Utah Valley residents can no longer afford to compromise their health by backing down to the "schoolyard bully" responsible for most of the valley's air pollution, County Commission Chairman Brent Morris said Monday.

But Geneva Steel's president countered that the company is not dragging its feet and is working as fast as it can to resolve the air quality problem in Utah County.Morris, speaking during a press conference in packed commission chambers, said it's time local leaders end what he called "political dodging" and join grass-roots efforts to make Geneva Steel clean up its act. In prepared remarks, he outlined nine recommendations he said would lead to cleaner air.

"The free enterprise system doesn't give anyone or any company the right to impose conditions that are detrimental to our health," Morris said. "This community will no longer accept the `Don't worry, be happy' approach to this problem."

Morris, who earlier this month said he would make county air a commission priority this year, pledged to improve air quality and simultaneously to keep Geneva open.

Nevertheless, he said, "We're not a one-industry family in the valley anymore. We can't continue to compromise our environment for capital gains, and it would be inexcusable to jeopardize our future economic stability because of dirty air."

Morris said he hopes Monday's press conference, attended by representatives from several clean-air groups, sparks increased expressions of public dissatisfaction with dirty air.

"We need to invite our Utah congressional leaders who exerted their energies, devotion and political influence to reopen Geneva to please come back and apply the same amount of energy to help us clean up the polluted air."

Help also is needed from Gov. Norm Bangerter and the state Legislature, he said. Morris called for increased legislative funding for the Bureau of Air Quality, whose staff and monitoring equipment are inadequate.

To have both clean air and steel production in Utah County, "Geneva needs to expend great amounts of money and effort immediately. Our health can't wait for a five, 10 or 15-year phase-in period for modernization," he said.

Morris said it's time Geneva officials changed their attitude and showed willingness to sacrifice by investing in the plant's future and the valley's air quality.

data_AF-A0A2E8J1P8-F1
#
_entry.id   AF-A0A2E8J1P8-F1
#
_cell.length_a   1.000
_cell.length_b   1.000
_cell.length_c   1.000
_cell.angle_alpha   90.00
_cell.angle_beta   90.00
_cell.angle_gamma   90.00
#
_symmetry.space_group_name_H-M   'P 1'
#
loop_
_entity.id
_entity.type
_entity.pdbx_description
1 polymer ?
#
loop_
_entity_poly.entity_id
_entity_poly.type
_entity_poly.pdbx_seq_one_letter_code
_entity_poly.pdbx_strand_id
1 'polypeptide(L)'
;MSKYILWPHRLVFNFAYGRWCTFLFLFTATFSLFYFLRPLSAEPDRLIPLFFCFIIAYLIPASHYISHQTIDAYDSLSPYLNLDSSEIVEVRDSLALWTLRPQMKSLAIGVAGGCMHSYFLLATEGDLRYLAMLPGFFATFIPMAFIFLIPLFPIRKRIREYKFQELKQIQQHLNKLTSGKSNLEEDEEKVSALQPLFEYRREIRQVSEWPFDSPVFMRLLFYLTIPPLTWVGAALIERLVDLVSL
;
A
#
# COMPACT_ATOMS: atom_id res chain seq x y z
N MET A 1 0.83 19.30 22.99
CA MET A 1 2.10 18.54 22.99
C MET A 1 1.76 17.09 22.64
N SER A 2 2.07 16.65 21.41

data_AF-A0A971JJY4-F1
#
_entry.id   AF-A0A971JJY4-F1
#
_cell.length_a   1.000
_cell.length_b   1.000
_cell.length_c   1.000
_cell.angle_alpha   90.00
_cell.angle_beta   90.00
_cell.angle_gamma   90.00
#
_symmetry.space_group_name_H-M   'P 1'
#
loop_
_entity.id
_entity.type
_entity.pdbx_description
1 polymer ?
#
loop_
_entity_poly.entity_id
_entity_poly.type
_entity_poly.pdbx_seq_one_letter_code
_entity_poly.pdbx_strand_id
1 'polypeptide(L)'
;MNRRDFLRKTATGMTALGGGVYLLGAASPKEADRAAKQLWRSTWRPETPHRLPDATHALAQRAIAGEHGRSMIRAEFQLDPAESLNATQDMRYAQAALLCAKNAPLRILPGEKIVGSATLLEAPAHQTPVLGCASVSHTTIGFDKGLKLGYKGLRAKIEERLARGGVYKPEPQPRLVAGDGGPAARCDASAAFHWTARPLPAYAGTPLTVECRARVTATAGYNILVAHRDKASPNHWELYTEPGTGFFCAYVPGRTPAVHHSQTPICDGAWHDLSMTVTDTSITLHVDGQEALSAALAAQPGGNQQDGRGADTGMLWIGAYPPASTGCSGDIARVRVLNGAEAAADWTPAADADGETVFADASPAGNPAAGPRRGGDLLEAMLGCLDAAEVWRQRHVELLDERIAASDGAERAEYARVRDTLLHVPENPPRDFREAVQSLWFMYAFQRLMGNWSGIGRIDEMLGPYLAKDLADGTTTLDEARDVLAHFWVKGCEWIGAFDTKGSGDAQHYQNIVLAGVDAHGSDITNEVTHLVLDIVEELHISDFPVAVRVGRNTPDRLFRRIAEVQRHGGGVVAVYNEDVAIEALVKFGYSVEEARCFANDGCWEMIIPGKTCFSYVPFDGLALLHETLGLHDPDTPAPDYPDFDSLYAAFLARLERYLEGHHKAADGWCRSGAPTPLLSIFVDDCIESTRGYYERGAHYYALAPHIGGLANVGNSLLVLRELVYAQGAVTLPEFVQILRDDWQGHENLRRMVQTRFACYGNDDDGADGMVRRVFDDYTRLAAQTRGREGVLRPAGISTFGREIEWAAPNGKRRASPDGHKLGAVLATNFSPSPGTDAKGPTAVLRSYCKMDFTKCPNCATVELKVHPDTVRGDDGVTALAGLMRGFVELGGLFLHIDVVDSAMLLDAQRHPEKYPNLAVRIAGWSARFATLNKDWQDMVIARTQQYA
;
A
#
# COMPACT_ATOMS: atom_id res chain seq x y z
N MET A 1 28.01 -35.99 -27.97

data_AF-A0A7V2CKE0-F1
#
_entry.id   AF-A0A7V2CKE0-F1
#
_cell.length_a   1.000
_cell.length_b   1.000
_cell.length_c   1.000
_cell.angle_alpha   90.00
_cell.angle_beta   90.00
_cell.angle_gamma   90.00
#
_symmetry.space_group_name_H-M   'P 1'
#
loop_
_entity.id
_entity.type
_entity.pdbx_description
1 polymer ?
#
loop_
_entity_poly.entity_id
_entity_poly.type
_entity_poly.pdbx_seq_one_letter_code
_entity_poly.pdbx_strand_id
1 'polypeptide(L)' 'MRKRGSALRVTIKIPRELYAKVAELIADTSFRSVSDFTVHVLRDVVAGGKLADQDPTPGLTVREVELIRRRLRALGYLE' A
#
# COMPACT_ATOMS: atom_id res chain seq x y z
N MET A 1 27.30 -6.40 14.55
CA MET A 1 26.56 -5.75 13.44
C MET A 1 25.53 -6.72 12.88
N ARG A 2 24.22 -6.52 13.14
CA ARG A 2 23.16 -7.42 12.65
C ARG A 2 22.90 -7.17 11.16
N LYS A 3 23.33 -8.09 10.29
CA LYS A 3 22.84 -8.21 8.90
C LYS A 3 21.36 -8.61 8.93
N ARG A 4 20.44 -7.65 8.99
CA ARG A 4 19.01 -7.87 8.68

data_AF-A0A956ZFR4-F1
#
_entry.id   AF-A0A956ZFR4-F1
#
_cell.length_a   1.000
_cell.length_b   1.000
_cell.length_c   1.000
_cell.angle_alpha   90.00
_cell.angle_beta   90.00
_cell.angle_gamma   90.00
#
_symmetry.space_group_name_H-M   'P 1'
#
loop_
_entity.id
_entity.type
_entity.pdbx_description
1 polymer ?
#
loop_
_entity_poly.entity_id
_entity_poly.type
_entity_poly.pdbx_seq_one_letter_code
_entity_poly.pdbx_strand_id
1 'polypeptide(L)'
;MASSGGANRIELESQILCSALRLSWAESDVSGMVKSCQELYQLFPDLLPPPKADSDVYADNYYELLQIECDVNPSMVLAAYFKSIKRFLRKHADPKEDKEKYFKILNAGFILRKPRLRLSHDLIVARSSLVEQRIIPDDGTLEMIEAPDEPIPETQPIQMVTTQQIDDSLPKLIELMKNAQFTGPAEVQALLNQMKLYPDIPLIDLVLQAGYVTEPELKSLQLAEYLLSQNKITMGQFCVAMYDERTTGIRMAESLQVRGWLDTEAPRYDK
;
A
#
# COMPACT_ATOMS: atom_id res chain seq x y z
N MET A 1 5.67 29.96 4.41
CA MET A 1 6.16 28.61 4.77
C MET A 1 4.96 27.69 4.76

"Personally, I don't think I've seen that yet," he said. "I'm not so sure USX made such a bad decision. They left us a dinosaur."

In his own press conference Monday, Geneva president Joe Cannon said, "I'm perplexed (about Morris' comments). I don't know how we can move faster in dealing with the state. The fact of the matter is we don't know what it takes to clean it up yet.

"The more strict PM10 standards, which Commissioner Morris and others keep complaining that we are not meeting, cannot be met at this time because they have not yet been formulated," Cannon said in a prepared statement. "The first step is for the state to formulate a plan for meeting the standards, and even that preliminary step has not yet been completed."

The PM10 standard is violated when more than 150 particles smaller than a micron are counted in a cubic meter of air during one day. A micron is a millionth of a meter. The fine particulates are a health concern because they reach the lungs.

The PM10 standard became effective in July 1987 and was to be implemented within nine months, but only recently has the state Bureau of Air Quality devised an implementation plan.

"Geneva Steel has consistently stated, and we restate today, that we are committed to meet that new standard once it is formulated. But, we cannot meet a standard that has not yet been stated," Cannon said.

Geneva Steel spends more than $40 million a year on pollution control and is in the process of installing a $6 million biological treatment facility to reduce emissions, Cannon said.